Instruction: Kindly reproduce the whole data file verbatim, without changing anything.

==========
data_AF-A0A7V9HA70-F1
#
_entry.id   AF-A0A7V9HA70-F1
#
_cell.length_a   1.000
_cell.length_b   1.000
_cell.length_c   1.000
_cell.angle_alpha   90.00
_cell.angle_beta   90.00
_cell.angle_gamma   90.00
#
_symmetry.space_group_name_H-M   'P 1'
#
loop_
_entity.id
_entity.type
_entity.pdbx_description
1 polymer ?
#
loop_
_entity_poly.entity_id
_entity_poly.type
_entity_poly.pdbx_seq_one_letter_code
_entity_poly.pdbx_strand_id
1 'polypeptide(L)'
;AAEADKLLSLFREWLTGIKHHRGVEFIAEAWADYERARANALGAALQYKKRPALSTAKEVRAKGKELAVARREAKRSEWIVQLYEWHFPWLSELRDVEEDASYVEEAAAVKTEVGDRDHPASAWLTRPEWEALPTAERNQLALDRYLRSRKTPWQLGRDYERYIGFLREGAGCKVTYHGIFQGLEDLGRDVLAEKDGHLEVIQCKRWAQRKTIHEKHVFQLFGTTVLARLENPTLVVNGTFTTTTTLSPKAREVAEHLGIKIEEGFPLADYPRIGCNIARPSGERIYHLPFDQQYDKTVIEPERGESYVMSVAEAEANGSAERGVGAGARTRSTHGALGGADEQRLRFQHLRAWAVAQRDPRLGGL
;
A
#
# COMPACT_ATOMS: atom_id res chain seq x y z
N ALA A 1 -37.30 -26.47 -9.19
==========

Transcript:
data_AF-A0A7V9HA70-F1
#
_entry.id   AF-A0A7V9HA70-F1
#
_cell.length_a   1.000
_cell.length_b   1.000
_cell.length_c   1.000
_cell.angle_alpha   90.00
_cell.angle_beta   90.00
_cell.angle_gamma   90.00
#
_symmetry.space_group_name_H-M   'P 1'
#
loop_
_entity.id
_entity.type
_entity.pdbx_description
1 polymer ?
#
loop_
_entity_poly.entity_id
_entity_poly.type
_entity_poly.pdbx_seq_one_letter_code
_entity_poly.pdbx_strand_id
1 'polypeptide(L)'
;AAEADKLLSLFREWLTGIKHHRGVEFIAEAWADYERARANALGAALQYKKRPALSTAKEVRAKGKELAVARREAKRSEWIVQLYEWHFPWLSELRDVEEDASYVEEAAAVKTEVGDRDHPASAWLTRPEWEALPTAERNQLALDRYLRSRKTPWQLGRDYERYIGFLREGAGCKVTYHGIFQGLEDLGRDVLAEKDGHLEVIQCKRWAQRKTIHEKHVFQLFGTTVLARLENPTLVVNGTFTTTTTLSPKAREVAEHLGIKIEEGFPLADYPRIGCNIARPSGERIYHLPFDQQYDKTVIEPERGESYVMSVAEAEANGSAERGVGAGARTRSTHGALGGADEQRLRFQHLRAWAVAQRDPRLGGL
;
A
#
# COMPACT_ATOMS: atom_id res chain seq x y z
N ALA A 1 -37.30 -26.47 -9.19